According to the good folks at The Measure of Things, here are a few things that are the same distance as 1,200 miles:
- One-two-hundredth as long as the distance from Earth to the Moon
- It’s about one-fifth as long as The Great Wall of China (total).
- It’s about three-fifths as long as The Oregon Trail.
- It’s about four-and-a-half times as long as The Grand Canyon.
- It’s about 200 times as tall as Mount Everest.
- It’s about 1,500,000,000,000,000 times as long as a Glucose Molecule.
There are many more comparisons on the list, but long website short: it’s far.
And since one of my goals for 2019 is to run 1,200 miles, I have come to a very significant and crystal clear conclusion: this is going to take a freaking long time.
Looking at the spreadsheet my friend Beth created for me, the screen is filled with empty cells waiting for numbers to be added into them. As I write this on the fourth day of the year, I’ve added a few digits already, but they make up such a tiny corner that it’s easy to miss them. 365 days of starting lines are there, in black and white, waiting. I’ve been telling myself that there’s a reason this is a year-long challenge and that it’ll feel more do-able once I get to 100 miles, and even better at 600. And I remind myself that it is not about speed this year, it is about distance. Those miles can include sprinting, running, walking, hiking, or whatever speed works to get one foot in front of the other.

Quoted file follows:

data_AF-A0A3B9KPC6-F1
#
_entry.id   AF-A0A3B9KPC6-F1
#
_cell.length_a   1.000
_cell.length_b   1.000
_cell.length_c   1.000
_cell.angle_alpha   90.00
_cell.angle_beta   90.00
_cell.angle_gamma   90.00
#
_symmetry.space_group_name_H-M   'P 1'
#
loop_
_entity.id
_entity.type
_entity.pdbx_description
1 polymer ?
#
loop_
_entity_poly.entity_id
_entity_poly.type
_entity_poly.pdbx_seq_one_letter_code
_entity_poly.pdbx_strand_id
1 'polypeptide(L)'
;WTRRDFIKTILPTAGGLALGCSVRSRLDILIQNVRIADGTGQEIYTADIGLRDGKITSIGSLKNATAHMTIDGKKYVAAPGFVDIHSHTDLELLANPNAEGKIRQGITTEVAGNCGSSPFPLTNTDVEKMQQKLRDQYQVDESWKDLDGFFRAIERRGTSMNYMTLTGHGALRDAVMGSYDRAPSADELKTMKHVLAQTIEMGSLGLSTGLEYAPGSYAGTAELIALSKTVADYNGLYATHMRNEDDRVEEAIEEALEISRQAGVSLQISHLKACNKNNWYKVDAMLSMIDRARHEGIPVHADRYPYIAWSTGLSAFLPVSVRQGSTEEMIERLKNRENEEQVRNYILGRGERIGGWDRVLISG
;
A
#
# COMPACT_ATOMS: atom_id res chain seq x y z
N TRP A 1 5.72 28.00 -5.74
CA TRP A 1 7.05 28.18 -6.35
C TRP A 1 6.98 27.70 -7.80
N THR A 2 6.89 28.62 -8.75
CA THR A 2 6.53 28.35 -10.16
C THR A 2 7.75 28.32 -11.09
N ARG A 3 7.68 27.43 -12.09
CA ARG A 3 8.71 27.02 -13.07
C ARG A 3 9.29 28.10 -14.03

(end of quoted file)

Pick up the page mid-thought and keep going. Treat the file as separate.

Each time I’ve participated in a race, I overthink all of the “what ifs” that could keep me from the finish line. I might do that for hours, days, or weeks depending on the distance of the race (months if it’s a marathon because those are long!). This year has too many starting lines to overthink so instead I’ll be learning about what it takes to make today the best day possible. Some days that will mean a 7-mile run at 6am with Kira, some days it will mean a neighborhood walk before sunset, and some days it will mean nothing at all because that’s okay too.
365 starting lines and one big finish line. Okay. Okay. What’s next?
I’ve survived 12 marathons and one Ph.D. program. So…now what? I’ve learned through the journeys that it’s not about intelligence, speed, magic beans, or waiting for it to get easy. It’s about strength and perseverance. This year’s blog series will be about #WhatsNext after crossing some major finish lines, and preparing for new starting lines as a runner and a (not that kind of) doctor. I am #RunPhD.